Edwards wrote two books about women and the legal problems she was trying to overcome, Legal Status of Canadian Women (1908)[5] and Legal Status of Women in Alberta (1921).[6] She worked with Louise McKinney, Irene Parlby and Emily Murphy to “lobby the Alberta government for recognition of dower and matrimonial property rights.”[7] This friendship and collaboration would be called upon again to fight for the Persons Case in the late 1920s, which established that Canadian women were eligible to be appointed senators and more generally, that Canadian women had the same rights as Canadian men with respect to positions of political power. As an artist, the Canadian government commissioned her to paint a set of dishes for the Canadian exhibit at the 1893 World's Columbian Exposition.[2]

Henrietta was buried in Mount Pleasant Municipal Cemetery, Edmonton. The memorial erected to her memory reads "Let her own works praise her. Her delight was in the law of the Lord" Her date of death on the memorial is given as 9 Nov 1931.[8]


In 1962, Edwards was recognized as Person of National Historic Significance by the government of Canada. A plaque commemorating this is placed at the entrance to Fort MacLeod Post Office, Haultain Ave & 22 St., Fort MacLeod, Alberta.[9] The "Persons case" was recognized as an Historic Event in 1997.[10] In addition, in October 2009, the Senate voted to name Edwards and the rest of the Five, Canada's first "honorary senators."[11][12]

For what would have been her 165th birthday, Edwards was featured as a Google Doodle drawn by Kate Beaton.[13]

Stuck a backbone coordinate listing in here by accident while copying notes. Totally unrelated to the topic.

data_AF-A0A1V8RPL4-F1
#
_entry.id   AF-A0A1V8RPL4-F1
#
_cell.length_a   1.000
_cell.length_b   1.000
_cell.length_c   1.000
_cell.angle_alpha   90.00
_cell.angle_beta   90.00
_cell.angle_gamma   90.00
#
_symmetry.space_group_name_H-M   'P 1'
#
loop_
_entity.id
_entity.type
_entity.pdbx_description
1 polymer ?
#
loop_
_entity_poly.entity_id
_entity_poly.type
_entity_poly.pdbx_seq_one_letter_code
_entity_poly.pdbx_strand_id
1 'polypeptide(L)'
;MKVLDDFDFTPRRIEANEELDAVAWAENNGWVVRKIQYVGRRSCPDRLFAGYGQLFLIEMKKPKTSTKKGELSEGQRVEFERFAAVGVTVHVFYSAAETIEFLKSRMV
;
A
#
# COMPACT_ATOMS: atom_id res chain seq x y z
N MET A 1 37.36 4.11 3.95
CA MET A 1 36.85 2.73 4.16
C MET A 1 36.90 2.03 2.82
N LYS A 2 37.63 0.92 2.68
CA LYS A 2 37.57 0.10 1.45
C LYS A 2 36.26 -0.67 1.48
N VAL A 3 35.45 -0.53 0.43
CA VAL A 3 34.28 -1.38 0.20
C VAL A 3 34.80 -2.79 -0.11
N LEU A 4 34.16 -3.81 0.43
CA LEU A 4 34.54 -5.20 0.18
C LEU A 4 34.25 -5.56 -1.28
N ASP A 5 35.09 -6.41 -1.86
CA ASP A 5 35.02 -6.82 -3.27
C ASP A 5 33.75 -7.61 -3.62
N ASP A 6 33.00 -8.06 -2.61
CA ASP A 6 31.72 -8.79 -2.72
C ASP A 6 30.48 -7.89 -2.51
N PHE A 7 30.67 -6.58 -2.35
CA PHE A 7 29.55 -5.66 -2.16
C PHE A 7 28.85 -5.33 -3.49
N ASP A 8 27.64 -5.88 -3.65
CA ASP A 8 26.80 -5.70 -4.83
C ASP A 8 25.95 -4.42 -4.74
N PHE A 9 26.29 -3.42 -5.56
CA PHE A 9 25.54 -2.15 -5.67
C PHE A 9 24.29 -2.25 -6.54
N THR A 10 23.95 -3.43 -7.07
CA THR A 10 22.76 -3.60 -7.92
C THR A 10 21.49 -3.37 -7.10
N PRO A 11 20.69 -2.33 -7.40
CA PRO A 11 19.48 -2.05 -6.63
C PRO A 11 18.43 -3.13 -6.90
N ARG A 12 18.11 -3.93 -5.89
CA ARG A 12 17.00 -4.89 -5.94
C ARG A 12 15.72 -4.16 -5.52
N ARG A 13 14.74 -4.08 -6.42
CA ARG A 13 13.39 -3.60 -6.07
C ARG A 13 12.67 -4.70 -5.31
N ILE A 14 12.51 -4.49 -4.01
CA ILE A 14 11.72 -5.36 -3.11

1. ^ Silverman, Eliane Leslau (25 March 2008). "Edwards, Henrietta Louise". The Canadian Encyclopedia (online ed.). Historica Canada. Retrieved 20 October 2011. 
  2. ^ a b Sanderson, Kay (1999). 200 Remarkable Alberta Women. Calgary, Alberta: Famous Five Foundation. p. 3. ISBN 0-9685832-0-2. Retrieved 23 July 2015. 
  3. ^ a b MacEwan, Grant (1995). Mighty Women: Stories of Western Canadian Pioneers. Vancouver, British Columbia: Greystone Books. pp. 27–32. 
  4. ^ Sharpe, Robert J.; McMahon, Patricia I. (2007). The Persons Case: The Origins and Legacy of the Fight for Legal Personhood. Toronto, Ontario: University of Toronto Press. p. 39. Retrieved 23 July 2015. 
  5. ^ Edwards, Henrietta Muir (1908). Legal Status of Canadian Women. Calgary, Alberta: National Council of Women of Canada. Retrieved 1 October 2015. 
  6. ^ Edwards, Henrietta Muir (1921) [1917]. Legal Status of Women in Alberta (second ed.). Edmonton, Alberta: Department of Extension, University of Alberta. Retrieved 1 October 2015. 
  7. ^ Sharpe & McMahon 2007, p. 40.
  8. ^ "Henrietta Muir Edwards". Find a Grave. Retrieved 23 July 2015. 
  9. ^ Edwards, Henrietta Muir National Historic Person. Directory of Federal Heritage Designations. Parks Canada.
  10. ^ Persons Case National Historic Event. Directory of Federal Heritage Designations. Parks Canada.
  11. ^ "'Famous 5' named honorary senators". CBC News (Canadian Broadcasting Corporation). 10 October 2009. Retrieved 20 October 2011. 
  12. ^ "Alberta's Famous Five named honorary senators". The Globe and Mail. 11 October 2009. Retrieved 24 July 2015. 
  13. ^ "Henrietta Edwards' 165th Birthday". Google Doodle Archive. 18 December 2014. Retrieved 1 October 2015.